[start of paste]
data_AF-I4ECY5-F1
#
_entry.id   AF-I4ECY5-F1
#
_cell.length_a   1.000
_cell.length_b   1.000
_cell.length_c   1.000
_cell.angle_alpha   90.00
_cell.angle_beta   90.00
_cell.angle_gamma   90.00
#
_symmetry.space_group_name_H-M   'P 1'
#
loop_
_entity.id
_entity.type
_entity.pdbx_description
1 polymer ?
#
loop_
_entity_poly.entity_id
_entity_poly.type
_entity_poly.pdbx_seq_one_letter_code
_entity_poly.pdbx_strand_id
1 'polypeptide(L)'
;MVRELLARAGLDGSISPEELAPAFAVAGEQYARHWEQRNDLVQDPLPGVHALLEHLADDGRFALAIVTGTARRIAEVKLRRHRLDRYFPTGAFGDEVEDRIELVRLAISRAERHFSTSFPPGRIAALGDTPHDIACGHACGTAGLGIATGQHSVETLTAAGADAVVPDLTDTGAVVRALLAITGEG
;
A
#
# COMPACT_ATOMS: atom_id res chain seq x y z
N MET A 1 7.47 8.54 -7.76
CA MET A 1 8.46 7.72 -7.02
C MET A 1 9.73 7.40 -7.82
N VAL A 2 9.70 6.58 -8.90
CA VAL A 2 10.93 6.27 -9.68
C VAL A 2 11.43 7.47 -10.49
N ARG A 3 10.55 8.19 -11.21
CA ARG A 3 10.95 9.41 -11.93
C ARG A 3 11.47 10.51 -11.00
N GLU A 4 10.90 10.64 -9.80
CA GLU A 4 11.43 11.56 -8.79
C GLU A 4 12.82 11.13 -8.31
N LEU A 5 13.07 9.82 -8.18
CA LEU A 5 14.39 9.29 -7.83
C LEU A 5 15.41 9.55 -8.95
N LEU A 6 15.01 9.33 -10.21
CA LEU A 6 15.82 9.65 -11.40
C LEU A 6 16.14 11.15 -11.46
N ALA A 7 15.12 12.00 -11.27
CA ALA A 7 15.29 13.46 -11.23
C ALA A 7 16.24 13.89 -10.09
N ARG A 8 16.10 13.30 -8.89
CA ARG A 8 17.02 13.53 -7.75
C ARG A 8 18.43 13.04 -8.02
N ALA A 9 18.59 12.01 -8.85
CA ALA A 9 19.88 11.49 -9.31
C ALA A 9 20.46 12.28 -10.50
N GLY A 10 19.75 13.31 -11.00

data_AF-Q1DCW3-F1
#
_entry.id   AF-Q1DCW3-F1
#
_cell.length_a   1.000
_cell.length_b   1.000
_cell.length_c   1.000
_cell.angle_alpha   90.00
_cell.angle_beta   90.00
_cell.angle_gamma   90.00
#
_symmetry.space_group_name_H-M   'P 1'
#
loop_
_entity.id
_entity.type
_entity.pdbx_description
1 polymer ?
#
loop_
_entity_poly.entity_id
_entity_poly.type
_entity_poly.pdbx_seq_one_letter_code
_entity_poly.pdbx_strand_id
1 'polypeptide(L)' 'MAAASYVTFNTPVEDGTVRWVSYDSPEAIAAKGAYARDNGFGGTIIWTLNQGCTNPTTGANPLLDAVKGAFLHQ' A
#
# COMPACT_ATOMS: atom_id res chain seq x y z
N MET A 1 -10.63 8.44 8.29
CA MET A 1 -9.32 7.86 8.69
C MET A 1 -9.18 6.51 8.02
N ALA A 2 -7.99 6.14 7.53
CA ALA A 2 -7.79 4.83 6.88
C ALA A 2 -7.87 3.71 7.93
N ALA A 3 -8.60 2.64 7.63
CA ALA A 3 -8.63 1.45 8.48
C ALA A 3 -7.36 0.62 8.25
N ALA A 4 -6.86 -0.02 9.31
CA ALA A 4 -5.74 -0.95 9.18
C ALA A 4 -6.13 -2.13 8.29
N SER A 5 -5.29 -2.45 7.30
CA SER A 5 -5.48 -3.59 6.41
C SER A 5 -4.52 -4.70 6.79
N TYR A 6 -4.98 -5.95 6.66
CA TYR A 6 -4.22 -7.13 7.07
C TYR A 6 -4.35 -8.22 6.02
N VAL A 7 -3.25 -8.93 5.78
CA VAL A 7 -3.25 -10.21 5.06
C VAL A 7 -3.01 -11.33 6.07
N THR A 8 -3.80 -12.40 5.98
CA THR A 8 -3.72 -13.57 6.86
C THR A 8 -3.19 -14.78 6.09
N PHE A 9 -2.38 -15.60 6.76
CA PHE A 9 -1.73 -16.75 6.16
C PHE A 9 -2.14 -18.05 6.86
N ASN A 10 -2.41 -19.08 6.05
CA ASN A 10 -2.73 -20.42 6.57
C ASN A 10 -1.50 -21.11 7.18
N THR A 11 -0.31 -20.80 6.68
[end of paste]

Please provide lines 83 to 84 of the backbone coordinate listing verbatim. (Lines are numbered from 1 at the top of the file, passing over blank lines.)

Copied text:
1 'polypeptide(L)' 'MAAASYVTFNTPVEDGTVRWVSYDSPEAIAAKGAYARDNGFGGTIIWTLNQGCTNPTTGANPLLDAVKGAFLHQ' A
#